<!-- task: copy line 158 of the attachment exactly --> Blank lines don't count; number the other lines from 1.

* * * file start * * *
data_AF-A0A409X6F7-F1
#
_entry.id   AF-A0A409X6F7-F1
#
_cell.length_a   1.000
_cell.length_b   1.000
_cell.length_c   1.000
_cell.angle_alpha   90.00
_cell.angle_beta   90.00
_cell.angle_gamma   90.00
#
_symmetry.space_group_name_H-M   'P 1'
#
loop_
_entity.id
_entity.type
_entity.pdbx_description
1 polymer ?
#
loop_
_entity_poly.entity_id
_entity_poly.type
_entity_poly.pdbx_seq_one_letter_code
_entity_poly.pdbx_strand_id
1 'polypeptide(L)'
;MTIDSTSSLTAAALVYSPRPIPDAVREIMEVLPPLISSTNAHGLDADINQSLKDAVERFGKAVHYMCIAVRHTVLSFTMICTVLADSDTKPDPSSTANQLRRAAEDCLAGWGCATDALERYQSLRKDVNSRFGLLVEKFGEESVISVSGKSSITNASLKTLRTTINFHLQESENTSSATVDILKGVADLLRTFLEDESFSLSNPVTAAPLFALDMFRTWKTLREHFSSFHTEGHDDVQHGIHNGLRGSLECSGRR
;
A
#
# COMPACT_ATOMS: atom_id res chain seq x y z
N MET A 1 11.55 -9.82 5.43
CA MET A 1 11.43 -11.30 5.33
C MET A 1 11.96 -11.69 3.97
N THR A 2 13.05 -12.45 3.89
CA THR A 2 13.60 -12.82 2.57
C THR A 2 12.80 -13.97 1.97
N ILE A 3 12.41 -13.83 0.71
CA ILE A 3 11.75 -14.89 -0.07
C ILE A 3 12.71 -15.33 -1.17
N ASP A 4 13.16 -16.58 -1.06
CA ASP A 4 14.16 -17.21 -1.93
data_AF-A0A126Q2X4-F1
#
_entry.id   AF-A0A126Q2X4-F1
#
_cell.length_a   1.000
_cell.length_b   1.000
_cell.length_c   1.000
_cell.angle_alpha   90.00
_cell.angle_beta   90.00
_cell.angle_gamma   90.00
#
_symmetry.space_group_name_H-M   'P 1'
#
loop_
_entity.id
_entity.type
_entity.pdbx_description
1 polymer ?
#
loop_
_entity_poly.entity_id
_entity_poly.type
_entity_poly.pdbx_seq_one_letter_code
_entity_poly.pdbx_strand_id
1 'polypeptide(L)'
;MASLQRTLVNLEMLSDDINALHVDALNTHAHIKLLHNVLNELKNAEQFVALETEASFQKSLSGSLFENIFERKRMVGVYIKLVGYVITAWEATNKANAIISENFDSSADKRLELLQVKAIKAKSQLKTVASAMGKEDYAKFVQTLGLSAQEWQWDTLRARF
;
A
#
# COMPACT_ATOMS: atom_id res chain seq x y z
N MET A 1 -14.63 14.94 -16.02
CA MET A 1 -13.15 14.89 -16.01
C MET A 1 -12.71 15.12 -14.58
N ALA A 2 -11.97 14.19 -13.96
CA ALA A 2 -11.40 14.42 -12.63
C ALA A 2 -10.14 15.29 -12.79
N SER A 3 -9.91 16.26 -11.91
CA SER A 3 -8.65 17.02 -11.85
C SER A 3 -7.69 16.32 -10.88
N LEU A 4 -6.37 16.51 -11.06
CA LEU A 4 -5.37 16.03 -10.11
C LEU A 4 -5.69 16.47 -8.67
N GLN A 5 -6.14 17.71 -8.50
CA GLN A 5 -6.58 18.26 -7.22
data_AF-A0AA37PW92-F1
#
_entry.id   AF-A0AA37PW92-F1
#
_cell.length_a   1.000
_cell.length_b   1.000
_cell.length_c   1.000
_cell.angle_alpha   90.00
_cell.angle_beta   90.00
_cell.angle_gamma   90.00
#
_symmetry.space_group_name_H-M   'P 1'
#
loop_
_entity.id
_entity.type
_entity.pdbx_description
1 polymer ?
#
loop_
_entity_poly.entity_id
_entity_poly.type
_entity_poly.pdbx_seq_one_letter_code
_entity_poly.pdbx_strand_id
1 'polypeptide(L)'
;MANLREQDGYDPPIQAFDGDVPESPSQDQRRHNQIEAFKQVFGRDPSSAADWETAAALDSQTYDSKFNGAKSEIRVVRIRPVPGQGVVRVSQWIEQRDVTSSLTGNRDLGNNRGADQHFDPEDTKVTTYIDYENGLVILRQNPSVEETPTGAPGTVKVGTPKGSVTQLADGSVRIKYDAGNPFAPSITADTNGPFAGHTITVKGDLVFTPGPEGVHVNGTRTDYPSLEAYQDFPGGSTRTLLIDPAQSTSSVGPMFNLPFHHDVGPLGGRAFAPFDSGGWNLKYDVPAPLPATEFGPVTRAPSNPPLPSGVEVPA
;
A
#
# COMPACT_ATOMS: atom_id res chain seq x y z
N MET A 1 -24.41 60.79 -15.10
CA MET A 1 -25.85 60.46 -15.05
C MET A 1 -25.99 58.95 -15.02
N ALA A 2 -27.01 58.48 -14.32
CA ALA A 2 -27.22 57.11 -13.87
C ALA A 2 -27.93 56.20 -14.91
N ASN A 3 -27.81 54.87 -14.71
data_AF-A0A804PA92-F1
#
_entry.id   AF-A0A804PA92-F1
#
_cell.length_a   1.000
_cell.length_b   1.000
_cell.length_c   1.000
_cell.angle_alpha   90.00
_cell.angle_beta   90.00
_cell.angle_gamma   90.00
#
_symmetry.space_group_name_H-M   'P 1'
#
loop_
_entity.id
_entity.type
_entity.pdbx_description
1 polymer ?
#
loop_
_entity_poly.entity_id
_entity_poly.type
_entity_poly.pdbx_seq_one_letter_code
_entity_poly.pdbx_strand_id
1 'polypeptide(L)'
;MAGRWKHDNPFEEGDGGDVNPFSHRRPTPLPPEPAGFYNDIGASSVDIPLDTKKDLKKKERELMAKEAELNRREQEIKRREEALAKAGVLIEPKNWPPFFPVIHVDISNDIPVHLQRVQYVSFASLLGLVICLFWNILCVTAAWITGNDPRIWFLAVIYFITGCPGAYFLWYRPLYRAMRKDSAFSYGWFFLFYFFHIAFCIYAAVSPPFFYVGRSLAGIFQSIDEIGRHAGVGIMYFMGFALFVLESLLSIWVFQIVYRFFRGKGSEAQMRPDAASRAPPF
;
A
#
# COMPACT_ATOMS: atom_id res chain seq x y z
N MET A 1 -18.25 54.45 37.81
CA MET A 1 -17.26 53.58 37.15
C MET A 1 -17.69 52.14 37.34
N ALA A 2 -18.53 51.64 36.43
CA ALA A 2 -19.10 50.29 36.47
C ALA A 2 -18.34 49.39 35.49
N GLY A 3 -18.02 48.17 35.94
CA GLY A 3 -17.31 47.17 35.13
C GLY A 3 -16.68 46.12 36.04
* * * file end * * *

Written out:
C ALA A 2 -18.34 49.39 35.49